Erin Harris, Editor, Health IT Outcomes
With all the talk about ensuring the security of PHI (protected health information) in the EHR era, 2012 was still a year riddled with health data breaches. As a matter of fact, one of the largest data breaches ever recorded by the HHS occurred last year when a server at the Utah Department of Health containing the PHI of some 780,000 patients was hacked.
Hacking is just one cause of PHI breaches. In fact, a majority of data breaches typically result from a lost or stolen laptop or mobile device left unencrypted. Other breaches occur when employees (or former employees) download, email, or inappropriately share patient information.
I’d like to say that events of 2012 have appropriately alerted healthcare providers to the PHI problem, but there is a high likelihood that data breaches could get worse before they get better. Why? Because we as an industry continue to add complexity to our health IT systems before we fully understand how to secure them. For example, we’re not just talking about EHRs and laptops anymore. PHI is now increasingly being accessed on smartphones and tablet devices that access networks via Wi-Fi and cellular connections. Similarly, clinicians and other healthcare employees now use email and social networks to communicate with colleagues and patients. There are more data endpoints and transmission mediums to consider than ever before, and securing this entire ecosystem is a challenging puzzle.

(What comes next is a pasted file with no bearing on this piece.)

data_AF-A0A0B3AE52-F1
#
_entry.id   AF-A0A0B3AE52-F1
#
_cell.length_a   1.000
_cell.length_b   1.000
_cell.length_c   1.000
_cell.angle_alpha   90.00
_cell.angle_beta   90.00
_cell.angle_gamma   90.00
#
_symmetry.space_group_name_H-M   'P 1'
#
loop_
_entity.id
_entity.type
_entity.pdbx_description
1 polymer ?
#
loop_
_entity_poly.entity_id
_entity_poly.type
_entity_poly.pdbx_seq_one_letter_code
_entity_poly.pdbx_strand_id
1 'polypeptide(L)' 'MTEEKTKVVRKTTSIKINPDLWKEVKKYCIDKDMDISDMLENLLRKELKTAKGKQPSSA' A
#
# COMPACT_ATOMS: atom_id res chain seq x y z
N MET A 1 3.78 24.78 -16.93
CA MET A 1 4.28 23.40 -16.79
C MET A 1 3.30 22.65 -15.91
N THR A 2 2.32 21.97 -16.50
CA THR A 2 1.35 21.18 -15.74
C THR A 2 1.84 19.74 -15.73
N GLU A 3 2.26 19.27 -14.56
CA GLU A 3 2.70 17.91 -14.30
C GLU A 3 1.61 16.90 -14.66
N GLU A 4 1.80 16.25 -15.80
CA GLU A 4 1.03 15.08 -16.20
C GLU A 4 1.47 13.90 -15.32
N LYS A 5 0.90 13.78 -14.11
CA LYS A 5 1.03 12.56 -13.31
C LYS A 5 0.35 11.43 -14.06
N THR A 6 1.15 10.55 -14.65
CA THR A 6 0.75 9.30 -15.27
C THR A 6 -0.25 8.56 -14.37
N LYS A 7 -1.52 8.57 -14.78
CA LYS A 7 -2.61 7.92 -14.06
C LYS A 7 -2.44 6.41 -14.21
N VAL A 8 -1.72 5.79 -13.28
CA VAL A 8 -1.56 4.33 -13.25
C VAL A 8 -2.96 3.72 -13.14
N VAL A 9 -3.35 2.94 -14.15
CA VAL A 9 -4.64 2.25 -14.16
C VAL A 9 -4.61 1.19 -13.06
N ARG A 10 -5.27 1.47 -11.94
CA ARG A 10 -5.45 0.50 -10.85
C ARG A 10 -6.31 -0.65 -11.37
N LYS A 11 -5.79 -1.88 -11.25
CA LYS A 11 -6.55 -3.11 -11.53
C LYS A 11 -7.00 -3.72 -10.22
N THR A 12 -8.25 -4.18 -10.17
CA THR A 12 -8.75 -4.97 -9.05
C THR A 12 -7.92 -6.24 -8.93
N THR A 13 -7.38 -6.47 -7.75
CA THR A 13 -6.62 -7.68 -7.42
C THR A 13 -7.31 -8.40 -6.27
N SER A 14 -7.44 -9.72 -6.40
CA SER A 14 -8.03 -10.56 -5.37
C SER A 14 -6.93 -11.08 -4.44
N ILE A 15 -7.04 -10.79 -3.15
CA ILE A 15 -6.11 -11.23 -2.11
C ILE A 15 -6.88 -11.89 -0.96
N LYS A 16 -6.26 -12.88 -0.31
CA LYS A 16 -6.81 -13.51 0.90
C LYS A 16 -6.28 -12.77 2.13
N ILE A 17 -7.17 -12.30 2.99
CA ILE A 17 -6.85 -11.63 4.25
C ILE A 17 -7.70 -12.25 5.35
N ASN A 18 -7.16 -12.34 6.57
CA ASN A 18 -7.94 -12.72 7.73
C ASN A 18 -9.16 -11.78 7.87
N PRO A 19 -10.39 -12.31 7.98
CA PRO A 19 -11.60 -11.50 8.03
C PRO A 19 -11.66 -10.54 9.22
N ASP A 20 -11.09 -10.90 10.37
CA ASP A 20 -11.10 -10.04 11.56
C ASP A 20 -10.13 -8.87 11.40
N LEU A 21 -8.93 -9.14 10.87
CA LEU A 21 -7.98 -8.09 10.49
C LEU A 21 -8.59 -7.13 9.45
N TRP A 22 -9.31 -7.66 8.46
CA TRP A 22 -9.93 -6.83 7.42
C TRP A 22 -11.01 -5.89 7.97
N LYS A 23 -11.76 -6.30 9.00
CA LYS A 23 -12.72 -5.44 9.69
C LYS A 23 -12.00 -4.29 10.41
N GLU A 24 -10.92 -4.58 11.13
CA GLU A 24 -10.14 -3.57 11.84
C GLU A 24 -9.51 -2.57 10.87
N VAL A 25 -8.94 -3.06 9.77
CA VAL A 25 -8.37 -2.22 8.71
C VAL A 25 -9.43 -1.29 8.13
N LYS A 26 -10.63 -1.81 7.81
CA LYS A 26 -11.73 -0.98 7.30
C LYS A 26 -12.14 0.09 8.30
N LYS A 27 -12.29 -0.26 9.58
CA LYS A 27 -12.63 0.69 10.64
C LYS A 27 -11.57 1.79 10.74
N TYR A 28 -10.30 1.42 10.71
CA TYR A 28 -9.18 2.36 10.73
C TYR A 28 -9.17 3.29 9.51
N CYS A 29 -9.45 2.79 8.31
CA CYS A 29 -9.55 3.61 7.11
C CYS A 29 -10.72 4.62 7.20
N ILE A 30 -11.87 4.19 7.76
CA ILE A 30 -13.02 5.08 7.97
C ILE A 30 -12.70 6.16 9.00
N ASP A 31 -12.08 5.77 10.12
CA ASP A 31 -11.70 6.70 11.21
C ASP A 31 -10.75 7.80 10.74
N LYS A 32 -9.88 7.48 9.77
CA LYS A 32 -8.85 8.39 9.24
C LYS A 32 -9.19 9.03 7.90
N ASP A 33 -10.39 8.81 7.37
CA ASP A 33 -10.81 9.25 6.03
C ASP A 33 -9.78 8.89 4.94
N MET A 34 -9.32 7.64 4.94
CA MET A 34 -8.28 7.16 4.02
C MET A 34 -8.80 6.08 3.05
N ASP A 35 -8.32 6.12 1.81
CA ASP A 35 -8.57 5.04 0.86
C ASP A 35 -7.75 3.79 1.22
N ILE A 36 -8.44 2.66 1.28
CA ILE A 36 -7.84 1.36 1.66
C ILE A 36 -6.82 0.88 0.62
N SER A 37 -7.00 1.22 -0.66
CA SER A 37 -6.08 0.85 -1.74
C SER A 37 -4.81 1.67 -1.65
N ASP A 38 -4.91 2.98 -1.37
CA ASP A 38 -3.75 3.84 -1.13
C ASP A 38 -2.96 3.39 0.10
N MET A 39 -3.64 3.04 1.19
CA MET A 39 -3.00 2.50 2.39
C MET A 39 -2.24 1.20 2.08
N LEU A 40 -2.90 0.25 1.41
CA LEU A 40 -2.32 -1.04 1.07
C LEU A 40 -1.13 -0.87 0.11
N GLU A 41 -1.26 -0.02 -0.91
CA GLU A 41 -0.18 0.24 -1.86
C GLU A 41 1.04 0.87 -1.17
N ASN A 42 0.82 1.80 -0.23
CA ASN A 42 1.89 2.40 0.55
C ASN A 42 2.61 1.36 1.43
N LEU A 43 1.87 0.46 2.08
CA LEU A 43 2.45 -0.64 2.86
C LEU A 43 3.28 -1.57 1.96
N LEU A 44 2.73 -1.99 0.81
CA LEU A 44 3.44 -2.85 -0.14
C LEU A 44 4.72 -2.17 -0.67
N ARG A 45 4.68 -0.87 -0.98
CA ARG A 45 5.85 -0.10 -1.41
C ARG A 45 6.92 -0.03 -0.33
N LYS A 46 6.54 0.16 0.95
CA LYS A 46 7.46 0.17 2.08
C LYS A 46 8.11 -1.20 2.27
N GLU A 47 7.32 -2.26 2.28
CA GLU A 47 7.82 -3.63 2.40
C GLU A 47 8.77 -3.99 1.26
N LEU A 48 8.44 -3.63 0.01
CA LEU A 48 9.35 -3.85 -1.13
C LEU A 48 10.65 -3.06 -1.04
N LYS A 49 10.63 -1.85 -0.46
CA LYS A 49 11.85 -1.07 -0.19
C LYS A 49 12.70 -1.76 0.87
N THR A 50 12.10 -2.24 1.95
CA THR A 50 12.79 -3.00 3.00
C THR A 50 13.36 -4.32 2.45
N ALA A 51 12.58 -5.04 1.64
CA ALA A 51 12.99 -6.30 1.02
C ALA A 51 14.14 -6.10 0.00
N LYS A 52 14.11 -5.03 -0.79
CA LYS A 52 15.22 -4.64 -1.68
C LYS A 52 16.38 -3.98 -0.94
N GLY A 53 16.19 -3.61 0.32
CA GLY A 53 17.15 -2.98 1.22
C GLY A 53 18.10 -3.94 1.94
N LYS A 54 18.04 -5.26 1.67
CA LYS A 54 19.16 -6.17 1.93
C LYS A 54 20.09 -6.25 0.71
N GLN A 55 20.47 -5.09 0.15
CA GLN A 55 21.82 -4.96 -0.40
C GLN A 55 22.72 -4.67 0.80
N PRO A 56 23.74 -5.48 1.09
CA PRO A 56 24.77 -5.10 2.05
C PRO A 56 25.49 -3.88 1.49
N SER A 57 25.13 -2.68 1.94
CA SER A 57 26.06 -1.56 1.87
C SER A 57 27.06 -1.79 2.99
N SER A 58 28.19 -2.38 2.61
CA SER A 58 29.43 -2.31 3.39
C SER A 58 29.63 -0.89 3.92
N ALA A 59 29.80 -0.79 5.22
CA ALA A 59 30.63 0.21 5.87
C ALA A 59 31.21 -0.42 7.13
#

However, one can’t help but be encouraged by the data presented in our health IT trends survey this year. The focus being placed on securing PHI ranked second only to EHR Adoption & Meaningful Use — an initiative receiving encouragement from federal incentive dollars. Hopefully, 2013 will prove to be the year providers make much-needed progress in the area of PHI security. To do so, consider the following steps:
Appoint a single senior-level executive to be responsible for ensuring the security of PHI in your organization. Couple this with policies for safeguarding your facility’s patient data in nonproduction environments.
Consider all endpoints and mediums that can access and transmit PHI in your security plan. This includes all mobile devices, applications, and social media.
Invest in technologies that transform or mask sensitive data without compromising data integrity. These technologies include encryption, virtualization, mobile device management (MDM), and credentialing/authentication tools.